Adaptation is one of two main strategies for managing the risks of climate change.  An Academies committee will hold a special seminar on climate change adaptation investments and measuring effectiveness. The event, which will be webcast, will look at how different agencies are identifying adaptation investments and tracking their value.


Affordable and Accessible Housing for Vulnerable Older Adults and People With Disabilities

Dec. 12 | Washington, D.C.

Accessible, affordable housing can be a platform for enabling community living, maximizing independence, and promoting positive health outcomes for vulnerable populations.  This workshop will explore the role of housing as a social determinant of health for older adults and people with disabilities, particularly among people of color and low income groups.


The Drug Development Paradigm in Oncology

Dec. 12 and 13 | Washington, D.C.

Advances in oncology research have led to an influx of new cancer therapies that can precisely target the molecular underpinnings of a patient's disease. However, there are concerns that the traditional drug development paradigm may impede the assessment and regulatory approval of new targeted therapies for cancer. At this workshop, patients, clinicians, and drug developers will discuss challenges with the traditional phased drug development paradigm in the age of targeted therapies, best practices for cancer drug development and review, lessons learned from recent expedited drug approval processes, and evidence requirements for cancer therapies before and after regulatory approval.  This workshop will be webcast.


Building Communication Capacity to Counter Infectious Disease Threats

Dec. 13 and 14 | Washington, D.C.

Building communication capacity is critical for the preparedness, detection, and response to infectious disease threats. The International Health Regulations (IHR) establish risk communication as a core capacity that member states must fulfill to strengthen the fight against these threats.  Despite global recognition of the importance of complying with IHR, 67 percent of signatory countries report themselves as not compliant. This workshop will examine the current state of science regarding public engagement and trust, the understanding of risk and health-protective behaviors, and behavioral responses; assess the implications of the 2005 IHR and lessons learned from recent infectious disease outbreaks; and discuss research needs.  This workshop will be webcast.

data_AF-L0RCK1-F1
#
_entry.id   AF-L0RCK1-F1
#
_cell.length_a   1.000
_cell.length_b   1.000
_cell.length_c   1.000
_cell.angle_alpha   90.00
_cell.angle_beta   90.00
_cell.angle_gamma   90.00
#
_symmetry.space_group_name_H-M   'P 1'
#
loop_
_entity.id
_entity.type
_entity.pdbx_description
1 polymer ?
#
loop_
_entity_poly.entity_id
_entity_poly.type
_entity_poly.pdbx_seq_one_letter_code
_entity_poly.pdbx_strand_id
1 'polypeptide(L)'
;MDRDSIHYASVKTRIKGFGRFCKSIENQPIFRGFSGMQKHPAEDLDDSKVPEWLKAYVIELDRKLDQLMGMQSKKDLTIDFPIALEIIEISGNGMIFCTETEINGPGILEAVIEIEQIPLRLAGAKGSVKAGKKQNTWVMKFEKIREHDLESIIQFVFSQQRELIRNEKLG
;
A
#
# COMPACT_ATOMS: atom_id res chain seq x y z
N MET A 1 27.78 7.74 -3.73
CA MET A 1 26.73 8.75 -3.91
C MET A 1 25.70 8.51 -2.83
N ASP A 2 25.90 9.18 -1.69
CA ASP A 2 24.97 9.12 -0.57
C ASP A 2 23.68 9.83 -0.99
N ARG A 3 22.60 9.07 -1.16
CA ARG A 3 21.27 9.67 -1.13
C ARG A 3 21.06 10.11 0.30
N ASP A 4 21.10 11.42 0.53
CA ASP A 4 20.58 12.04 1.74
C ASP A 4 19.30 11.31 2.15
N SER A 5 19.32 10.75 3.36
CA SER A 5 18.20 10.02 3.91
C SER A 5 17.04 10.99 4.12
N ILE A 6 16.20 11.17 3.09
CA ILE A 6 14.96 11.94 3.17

Issues in Organ Donor Intervention Research

Dec. 14 | Washington, D.C.

An Academies committee examining issues in organ donor intervention research will hold a public workshop.  Panel discussions will cover topics such as the impact of research on organ donation, recovery, and transplantation; barriers, opportunities, and lessons learned from organ donor intervention research; future approaches study design; and ethical and legal considerations.  There will be a public comment session, and this event will be available via WebEx.


Integrating the Patient and Caregiver Voice into Serious Illness Care

Dec. 15 | Washington, D.C.

This workshop will feature presentations and panel discussions on topics such as patient-caregiver-clinician serious illness care experiences from both the pediatric and adult perspective; challenges and successes addressing socio-cultural differences in care for adults and children with serious illness; and engaging and supporting patients, families and caregivers to communicate their needs, values, and preferences with their care team.  The event will be webcast.


Future Interstate Highway System

Dec. 19 and 20 | Washington, D.C.

An Academies committee is examining actions needed to upgrade and restore the U.S. Interstate Highway System to its role as a premier system that meets the growing and shifting demands of the 21st century. At this second public meeting, panel discussions will focus on topics such as travel demand and behavior (freight, passenger, multimodal), environmental and resilience issues, funding and financing, and the uncertainty and long-term scenario planning.






Dec. 6 | Silver Spring, Md.

Join the Koshland Science Museum, along with the National Oceanic and Atmospheric Administration's (NOAA) Office of Ocean Exploration and Research, for a look at the latest technologies being used to uncover the mysteries of the deep ocean. Participants will visit the NOAA Exploration Command Center and get a first-hand look at how scientists and crew on land support the NOAA Ship Okeanos Explorer, the only federal ship dedicated solely to ocean exploration. Advance registration is required; tickets are available through Eventbrite.



Dec. 10 | Washington, D.C.

What do scientists do all day? What type of jobs can you get with a science degree?  This month, Allyson Byrd, who holds a Ph.D. in bioinformatics, will visit and share her experiences in this monthly program at the Koshland Science Museum. Byrd works on a collaborative project between the National Human Genome Research Institute and the National Institute of Allergy and Infectious Disease, where her work focuses on the microbes (bacteria, fungi, and viruses) that inhabit different skin sites in health and disease. Registration is recommended.